From start to finish, the criminal process is designed to punish legally guilty offenders without any consideration of whether, in a particular case, it ought to do so. The jurisprudential tie that binds all stages of the process is the same sterile, technocratic, and overplayed notion that the legality principle cannot be polluted by equitable oversight. Because we find the same thread winding through all stages, no stage operates independently of the others. That is, we cannot adequately consider the prosecutor's bargaining power without also considering bright-line criminalization, charge, trial, and sentencing rules.
But, happily, because each interlocking stage influences the others, we are provided various opportunities for reform. An equitable "circuitbreaker" at one stage may do promising work at another. (190) For instance, I previously have prescribed two different types of equitable arrest and charging screens--one administered by judges and the other by grand juries. (191) With those in place, we might not also require aggressive regulation of the equities of plea bargains. But because those are not forthcoming, the need grows for a proportionality baseline, or at least something other than a coercion test grounded exclusively in legality. (192)
A Proportionality Methodology
I am not the first to envision a proportionality baseline. Most notably, Alan Wertheimer suggested that a prosecutor's plea proposal might be coercive when it threatens an obviously disproportionate trial sentence:
[I]t may prove easier to think of B's moral baseline in terms of the requirements of justice rather than rights.... Whether it was a coercive proposal [on this reading]... depends on whether [the sentence] is an unjust sentence for the offense.... If it is an excessive punishment, the proposal was a threat, ((193)) It is all well and good to talk of "excessive punishment." The trick is to identify it. In truth, there is no definition, as I examined in the previous Section. My hope here is to demonstrate only that the judge is particularly well situated to inquire--or perhaps it is more accurate to say that the judge is well situated to share--in the practice by which the parties negotiate for proportional punishment. (194)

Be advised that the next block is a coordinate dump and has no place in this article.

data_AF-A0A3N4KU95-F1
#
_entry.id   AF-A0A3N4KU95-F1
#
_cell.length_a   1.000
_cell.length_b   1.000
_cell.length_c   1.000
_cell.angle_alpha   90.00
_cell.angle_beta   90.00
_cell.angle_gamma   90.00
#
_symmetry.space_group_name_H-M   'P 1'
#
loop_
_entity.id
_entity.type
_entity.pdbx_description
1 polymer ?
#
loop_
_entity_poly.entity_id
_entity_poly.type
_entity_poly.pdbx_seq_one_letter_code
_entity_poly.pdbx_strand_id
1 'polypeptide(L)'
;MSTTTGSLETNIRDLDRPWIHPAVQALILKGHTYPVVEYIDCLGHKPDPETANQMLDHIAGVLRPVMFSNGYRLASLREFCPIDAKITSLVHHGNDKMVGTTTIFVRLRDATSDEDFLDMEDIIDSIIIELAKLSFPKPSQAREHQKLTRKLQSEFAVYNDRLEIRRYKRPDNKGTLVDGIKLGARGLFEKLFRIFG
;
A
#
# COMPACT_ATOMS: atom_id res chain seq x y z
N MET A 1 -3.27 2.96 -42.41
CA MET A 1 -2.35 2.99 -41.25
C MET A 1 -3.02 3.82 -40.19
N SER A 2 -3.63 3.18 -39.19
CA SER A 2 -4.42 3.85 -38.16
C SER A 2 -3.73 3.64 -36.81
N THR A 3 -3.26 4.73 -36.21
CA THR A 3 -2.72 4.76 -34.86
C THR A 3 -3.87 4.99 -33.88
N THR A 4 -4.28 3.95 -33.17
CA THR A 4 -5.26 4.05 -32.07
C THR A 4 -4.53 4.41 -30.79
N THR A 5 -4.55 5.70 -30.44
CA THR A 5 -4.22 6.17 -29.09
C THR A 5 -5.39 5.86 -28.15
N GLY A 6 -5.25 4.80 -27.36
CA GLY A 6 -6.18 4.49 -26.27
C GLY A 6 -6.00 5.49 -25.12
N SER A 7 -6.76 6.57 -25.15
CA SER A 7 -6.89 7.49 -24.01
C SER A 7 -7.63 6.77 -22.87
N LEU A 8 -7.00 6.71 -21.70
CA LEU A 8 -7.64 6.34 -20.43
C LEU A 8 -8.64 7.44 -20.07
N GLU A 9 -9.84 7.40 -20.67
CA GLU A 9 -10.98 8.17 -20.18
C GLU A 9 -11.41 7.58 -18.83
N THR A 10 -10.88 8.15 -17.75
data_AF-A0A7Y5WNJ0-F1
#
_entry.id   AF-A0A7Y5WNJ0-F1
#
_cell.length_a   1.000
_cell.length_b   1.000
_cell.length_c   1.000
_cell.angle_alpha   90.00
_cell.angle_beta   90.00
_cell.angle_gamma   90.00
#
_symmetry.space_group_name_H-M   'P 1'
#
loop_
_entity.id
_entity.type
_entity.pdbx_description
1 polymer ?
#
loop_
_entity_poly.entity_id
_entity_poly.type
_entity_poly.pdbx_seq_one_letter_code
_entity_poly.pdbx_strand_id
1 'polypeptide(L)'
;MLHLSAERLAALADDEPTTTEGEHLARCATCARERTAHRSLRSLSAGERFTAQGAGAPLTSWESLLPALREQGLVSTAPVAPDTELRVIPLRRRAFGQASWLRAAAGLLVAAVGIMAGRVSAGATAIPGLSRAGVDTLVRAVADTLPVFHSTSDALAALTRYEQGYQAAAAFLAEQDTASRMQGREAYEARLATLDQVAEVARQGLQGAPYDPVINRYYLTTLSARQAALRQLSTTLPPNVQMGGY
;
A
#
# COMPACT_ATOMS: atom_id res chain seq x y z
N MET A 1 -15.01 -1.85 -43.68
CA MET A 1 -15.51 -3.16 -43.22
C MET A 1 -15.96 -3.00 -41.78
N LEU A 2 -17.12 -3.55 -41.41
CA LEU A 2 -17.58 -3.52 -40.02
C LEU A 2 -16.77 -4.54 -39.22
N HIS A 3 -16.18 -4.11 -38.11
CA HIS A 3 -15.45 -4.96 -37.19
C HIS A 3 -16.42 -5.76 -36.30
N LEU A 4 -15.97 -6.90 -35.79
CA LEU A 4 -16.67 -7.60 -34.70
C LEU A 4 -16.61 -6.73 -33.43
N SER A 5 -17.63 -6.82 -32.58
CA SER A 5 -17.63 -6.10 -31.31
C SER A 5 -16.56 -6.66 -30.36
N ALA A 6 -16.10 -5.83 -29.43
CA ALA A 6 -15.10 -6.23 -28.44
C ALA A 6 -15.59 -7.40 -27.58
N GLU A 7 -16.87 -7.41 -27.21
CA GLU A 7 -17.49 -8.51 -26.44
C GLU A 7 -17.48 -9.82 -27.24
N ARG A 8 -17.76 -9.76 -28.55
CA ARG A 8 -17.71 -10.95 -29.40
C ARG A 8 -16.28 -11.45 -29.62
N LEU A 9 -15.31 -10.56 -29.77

At her disposal, the judge possesses not only the conventional tool of the common law method but also her experience with practice law. (195) She may use these analytic tools to do a bit of social science and a bit of moral philosophy--a methodology that may be said to lie at the midpoint between Paul Robinson's empirical desert and the moral philosopher's deontological desert. (196) That is, the judge may consider both descriptive and normative conceptions of proportionality--prevailing practice as well as moral conviction.
I am more comfortable, however, with an alternative framing of the enterprise. In truth, a judge will never be willing or able to thoroughly consult social science or moral philosophy. She will make a softer study of things. Instead of engaging in rigorous empiricism or deontological analysis, she will reflect on her intuitions and her experience to discover what, in the ordinary course, tends and ought to occur. This jurisprudence may be better understood, then, as a light brand of virtue jurisprudence.
What is virtue jurisprudence? A number of legal scholars and virtue ethicists--most notably Larry Solum--have developed a theory of decision making whereby the judge relies upon a combination of "[t]he intellectual virtues of theoretical and practical wisdom and the moral virtues of courage, temperance, and good temper" to achieve "excellence in judging." (197) This end goal is to recognize and express "the virtue of justice." (198) It is an objective that "requires legal vision," which, happily enough, judges possess more so than any other institutional actor. (199) Ultimately, the theory is introspective, particularistic, and practical. (200) The judge critically reflects upon her "situation sense" to consider all the circumstances. (201) In this way, she behaves similarly to any individual who pursues a "flourishing human life." (202) But whereas a layperson examines life and her choices about it based on her everyday experiences in the world, the judge examines law and her choices about it based on her everyday...
Plea bargaining's baselines.
|Position:||III. Some Tentative Thoughts on a Jurisprudence of Proportionality through Conclusion, with footnotes, p. 1113-1145 - Plea Bargaining Regulation: The Next Criminal Procedure Frontier|